A £18m funding uplift for the arts has been secured by Northern Ireland?s Department of Culture, Arts and Leisure, less than a month after Professor Brian Walker, Chairman of the Arts Council of Northern Ireland (ACNI), expressed his dismay at figures which revealed how far Northern Ireland had fallen behind the rest of the UK in per capita spend.
He called on the new administration at Stormont to redress the chronic under-funding of the arts, and last month his wishes were granted when the new 3-year funding package was announced, meaning that per capita spend on the arts in Northern Ireland will rise from £4.34 this year to £6.45 by 2005.
£4m over three years has been earmarked for Belfast?s Grand Opera House, to allow work to start on an extension to the building. The investment will enable the theatre to cater for increased audience numbers, make the building more accessible and provide a better standard of accommodation for customers, staff and performers.
The distribution of funding will be driven by the priorities of ACNI?s five-year plan, published last year. In addition to the money to secure the future of key arts organisations and venues, money will go into a Challenge Fund to encourage district councils to support community arts projects and venues in their areas. More support will go to individual artists for training and to help them promote their work and improve their employment opportunities. There will be further support for theatre, dance, disability arts and language arts, as well as for ACNI?s emerging crafts and architecture strategies and initiatives to encourage creativity in young people. A further £1m has been set aside to help venues meet the requirements of the Disability Discrimination Act.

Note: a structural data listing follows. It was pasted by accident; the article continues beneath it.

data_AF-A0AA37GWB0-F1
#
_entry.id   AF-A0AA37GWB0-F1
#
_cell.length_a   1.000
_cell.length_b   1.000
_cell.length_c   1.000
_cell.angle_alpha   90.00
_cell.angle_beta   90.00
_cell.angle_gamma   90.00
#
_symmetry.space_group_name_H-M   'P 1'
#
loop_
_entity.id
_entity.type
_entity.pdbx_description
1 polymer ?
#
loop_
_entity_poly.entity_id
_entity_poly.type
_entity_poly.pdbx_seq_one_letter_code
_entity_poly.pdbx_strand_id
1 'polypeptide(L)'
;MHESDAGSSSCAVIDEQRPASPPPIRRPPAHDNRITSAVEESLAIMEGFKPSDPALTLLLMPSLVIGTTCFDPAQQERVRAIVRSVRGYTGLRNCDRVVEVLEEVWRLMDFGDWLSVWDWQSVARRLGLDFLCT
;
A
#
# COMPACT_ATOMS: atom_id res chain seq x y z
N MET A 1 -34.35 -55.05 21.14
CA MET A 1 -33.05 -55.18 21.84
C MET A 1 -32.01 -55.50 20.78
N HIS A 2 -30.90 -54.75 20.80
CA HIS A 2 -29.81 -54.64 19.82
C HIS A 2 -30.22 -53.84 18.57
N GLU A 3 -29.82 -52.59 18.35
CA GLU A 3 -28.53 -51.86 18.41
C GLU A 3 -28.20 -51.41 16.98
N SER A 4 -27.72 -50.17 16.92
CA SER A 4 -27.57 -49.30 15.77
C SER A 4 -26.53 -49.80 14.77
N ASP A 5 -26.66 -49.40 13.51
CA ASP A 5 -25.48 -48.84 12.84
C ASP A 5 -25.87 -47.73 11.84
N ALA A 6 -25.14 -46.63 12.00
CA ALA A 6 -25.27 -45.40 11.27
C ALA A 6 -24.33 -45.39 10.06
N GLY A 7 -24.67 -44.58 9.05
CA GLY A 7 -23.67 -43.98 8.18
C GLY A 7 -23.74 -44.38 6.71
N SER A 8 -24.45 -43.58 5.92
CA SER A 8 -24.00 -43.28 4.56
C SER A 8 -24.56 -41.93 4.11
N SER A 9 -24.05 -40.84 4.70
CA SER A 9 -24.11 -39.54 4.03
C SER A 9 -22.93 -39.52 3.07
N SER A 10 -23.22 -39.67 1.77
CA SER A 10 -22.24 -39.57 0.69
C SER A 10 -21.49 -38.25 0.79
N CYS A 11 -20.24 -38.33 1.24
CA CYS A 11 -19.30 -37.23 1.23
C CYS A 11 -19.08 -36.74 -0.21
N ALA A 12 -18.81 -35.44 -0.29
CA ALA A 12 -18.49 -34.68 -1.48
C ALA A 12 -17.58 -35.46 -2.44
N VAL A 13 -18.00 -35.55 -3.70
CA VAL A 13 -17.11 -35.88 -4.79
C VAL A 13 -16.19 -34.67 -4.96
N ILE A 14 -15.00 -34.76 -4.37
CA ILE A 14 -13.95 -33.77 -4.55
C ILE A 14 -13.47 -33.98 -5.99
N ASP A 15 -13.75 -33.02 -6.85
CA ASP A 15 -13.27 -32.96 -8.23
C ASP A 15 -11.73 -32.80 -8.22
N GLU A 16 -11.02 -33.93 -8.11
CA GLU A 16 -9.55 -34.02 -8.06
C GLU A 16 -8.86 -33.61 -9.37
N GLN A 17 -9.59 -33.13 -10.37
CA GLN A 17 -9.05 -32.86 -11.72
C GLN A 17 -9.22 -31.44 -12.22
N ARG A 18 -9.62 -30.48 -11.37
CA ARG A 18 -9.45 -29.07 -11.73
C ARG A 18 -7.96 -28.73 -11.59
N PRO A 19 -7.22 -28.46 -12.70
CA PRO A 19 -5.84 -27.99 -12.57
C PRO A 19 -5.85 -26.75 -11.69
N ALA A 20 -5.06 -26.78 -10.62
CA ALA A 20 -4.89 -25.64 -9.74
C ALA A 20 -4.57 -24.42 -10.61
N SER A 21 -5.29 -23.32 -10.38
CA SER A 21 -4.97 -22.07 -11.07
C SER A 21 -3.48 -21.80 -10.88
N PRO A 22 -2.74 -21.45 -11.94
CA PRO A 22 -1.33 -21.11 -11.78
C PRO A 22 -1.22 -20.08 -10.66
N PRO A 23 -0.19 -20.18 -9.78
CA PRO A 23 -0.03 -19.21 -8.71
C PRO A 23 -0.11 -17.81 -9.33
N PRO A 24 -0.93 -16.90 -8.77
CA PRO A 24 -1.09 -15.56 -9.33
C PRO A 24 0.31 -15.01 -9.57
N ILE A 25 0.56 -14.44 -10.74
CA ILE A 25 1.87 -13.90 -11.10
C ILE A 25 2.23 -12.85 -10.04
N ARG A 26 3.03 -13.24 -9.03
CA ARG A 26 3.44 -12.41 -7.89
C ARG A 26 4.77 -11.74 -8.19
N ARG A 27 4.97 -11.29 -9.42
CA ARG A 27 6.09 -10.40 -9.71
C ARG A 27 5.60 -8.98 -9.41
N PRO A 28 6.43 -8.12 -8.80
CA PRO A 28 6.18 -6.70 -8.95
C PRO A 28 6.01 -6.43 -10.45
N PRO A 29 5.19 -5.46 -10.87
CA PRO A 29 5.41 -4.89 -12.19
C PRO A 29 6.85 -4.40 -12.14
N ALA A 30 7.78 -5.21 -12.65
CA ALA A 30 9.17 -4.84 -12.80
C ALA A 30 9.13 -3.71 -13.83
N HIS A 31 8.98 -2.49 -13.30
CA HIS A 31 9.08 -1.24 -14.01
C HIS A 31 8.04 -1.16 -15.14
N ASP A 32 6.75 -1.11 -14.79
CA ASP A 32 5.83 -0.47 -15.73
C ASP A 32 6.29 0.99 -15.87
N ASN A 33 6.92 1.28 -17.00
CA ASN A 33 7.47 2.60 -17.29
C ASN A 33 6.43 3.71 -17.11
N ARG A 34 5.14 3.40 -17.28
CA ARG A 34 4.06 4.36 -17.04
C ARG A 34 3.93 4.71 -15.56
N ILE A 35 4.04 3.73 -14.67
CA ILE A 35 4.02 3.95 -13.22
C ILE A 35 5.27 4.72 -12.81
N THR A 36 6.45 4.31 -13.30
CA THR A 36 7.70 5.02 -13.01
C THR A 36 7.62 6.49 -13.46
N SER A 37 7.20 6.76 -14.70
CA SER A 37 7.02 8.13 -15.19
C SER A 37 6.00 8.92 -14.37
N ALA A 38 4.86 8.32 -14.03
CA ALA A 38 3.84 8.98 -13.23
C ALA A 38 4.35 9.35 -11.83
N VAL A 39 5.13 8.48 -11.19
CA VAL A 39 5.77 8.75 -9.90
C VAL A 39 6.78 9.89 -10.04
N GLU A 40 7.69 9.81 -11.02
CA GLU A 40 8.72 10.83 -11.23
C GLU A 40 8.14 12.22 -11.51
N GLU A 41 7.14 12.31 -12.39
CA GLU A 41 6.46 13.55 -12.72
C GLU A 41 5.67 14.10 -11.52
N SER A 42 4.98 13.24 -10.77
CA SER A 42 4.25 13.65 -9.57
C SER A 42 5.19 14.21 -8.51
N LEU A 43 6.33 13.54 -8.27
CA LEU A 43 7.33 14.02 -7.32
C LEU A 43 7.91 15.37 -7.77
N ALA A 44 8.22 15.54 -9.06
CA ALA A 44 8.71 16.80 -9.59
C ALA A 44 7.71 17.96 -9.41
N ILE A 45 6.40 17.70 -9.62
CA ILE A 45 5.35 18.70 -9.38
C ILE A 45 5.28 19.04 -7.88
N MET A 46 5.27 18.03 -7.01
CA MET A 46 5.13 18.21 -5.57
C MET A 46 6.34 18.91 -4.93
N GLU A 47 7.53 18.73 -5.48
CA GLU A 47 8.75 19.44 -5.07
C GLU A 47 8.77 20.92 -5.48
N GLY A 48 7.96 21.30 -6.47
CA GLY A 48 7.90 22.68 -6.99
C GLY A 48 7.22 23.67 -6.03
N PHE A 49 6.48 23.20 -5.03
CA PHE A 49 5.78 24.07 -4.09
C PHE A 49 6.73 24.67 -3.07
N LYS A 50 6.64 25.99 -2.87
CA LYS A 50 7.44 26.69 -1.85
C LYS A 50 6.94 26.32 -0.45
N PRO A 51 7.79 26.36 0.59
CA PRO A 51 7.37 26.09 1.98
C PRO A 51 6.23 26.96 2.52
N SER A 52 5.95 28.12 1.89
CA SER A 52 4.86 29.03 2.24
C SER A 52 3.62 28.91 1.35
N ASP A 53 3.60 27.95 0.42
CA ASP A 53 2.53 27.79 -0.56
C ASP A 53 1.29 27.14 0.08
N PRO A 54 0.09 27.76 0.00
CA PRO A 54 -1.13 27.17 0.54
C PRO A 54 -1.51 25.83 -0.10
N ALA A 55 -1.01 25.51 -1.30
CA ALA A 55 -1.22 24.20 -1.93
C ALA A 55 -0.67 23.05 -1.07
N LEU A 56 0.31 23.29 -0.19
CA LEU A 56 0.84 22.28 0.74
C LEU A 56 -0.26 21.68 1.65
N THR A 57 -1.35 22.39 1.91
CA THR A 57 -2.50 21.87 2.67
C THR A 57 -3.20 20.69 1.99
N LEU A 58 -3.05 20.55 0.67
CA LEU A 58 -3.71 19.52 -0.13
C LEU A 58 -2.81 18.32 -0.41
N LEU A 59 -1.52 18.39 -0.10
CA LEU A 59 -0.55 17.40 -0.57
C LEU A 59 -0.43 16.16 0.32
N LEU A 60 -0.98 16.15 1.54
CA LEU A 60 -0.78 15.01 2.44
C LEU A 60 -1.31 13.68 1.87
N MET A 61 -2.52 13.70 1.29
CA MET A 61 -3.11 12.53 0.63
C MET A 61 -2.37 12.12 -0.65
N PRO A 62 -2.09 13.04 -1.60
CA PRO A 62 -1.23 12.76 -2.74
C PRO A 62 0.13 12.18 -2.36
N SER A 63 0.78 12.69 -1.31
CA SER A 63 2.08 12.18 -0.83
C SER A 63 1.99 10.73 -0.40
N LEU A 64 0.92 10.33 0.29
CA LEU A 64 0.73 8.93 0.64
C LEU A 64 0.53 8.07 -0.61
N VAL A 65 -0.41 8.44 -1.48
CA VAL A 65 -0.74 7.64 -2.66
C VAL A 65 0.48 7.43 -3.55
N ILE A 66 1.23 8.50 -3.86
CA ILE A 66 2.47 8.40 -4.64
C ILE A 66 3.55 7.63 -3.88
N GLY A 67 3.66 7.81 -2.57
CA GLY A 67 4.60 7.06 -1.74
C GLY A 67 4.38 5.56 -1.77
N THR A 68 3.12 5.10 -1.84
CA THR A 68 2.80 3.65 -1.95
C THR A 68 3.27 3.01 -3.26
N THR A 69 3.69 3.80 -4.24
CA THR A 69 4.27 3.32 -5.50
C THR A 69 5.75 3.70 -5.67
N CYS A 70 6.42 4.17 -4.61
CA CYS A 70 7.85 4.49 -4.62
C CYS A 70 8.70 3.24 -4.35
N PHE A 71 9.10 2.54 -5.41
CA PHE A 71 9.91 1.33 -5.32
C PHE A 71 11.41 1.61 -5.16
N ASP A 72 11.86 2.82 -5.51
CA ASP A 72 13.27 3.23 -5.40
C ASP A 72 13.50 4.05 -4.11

Meanwhile in Wales, the theatre community has been cheered by the announcement by Jenny Randerson, the Minister for Culture, Sport and the Welsh Language, of an additional £1.5m over the next 3 years for the development of the national Welsh language theatre company, Theatr Genedlaethol Cymru. The money is to enable the Arts Council of Wales (ACW) to establish and run the new company with a range of high quality productions and ensure that there will be coverage across Wales. ACW has already allocated the new theatre £250,000 from its current year Assembly Government funding, and has announced the appointment of Lyn T. Jones as its Chairman.
In Scotland, the Scottish Arts Council budget for 2003-4 is due to be announced by the Scottish Executive later this month. A second year of standstill public funding is widely expected, despite mounting criticism over the Executive?s cultural policies and in particular the shelving of plans to establish a Scottish National Theatre.